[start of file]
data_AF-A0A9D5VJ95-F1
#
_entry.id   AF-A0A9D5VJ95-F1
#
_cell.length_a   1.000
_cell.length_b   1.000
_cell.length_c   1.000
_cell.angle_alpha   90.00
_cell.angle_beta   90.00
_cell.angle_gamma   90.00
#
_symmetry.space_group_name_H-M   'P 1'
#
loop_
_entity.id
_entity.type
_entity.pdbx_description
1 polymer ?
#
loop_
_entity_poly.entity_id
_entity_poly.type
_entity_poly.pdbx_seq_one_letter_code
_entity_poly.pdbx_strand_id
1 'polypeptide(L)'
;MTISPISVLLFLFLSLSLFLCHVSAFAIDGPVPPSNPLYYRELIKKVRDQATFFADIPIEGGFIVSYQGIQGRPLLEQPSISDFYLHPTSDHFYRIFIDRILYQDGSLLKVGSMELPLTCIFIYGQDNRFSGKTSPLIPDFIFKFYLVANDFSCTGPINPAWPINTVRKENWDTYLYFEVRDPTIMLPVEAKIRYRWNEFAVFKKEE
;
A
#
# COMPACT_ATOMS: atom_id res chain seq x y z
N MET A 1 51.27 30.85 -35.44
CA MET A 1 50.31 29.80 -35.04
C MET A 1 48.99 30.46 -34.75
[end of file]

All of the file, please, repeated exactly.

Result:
data_AF-A0A9D5VJ95-F1
#
_entry.id   AF-A0A9D5VJ95-F1
#
_cell.length_a   1.000
_cell.length_b   1.000
_cell.length_c   1.000
_cell.angle_alpha   90.00
_cell.angle_beta   90.00
_cell.angle_gamma   90.00
#
_symmetry.space_group_name_H-M   'P 1'
#
loop_
_entity.id
_entity.type
_entity.pdbx_description
1 polymer ?
#
loop_
_entity_poly.entity_id
_entity_poly.type
_entity_poly.pdbx_seq_one_letter_code
_entity_poly.pdbx_strand_id
1 'polypeptide(L)'
;MTISPISVLLFLFLSLSLFLCHVSAFAIDGPVPPSNPLYYRELIKKVRDQATFFADIPIEGGFIVSYQGIQGRPLLEQPSISDFYLHPTSDHFYRIFIDRILYQDGSLLKVGSMELPLTCIFIYGQDNRFSGKTSPLIPDFIFKFYLVANDFSCTGPINPAWPINTVRKENWDTYLYFEVRDPTIMLPVEAKIRYRWNEFAVFKKEE
;
A
#
# COMPACT_ATOMS: atom_id res chain seq x y z
N MET A 1 51.27 30.85 -35.44
CA MET A 1 50.31 29.80 -35.04
C MET A 1 48.99 30.46 -34.75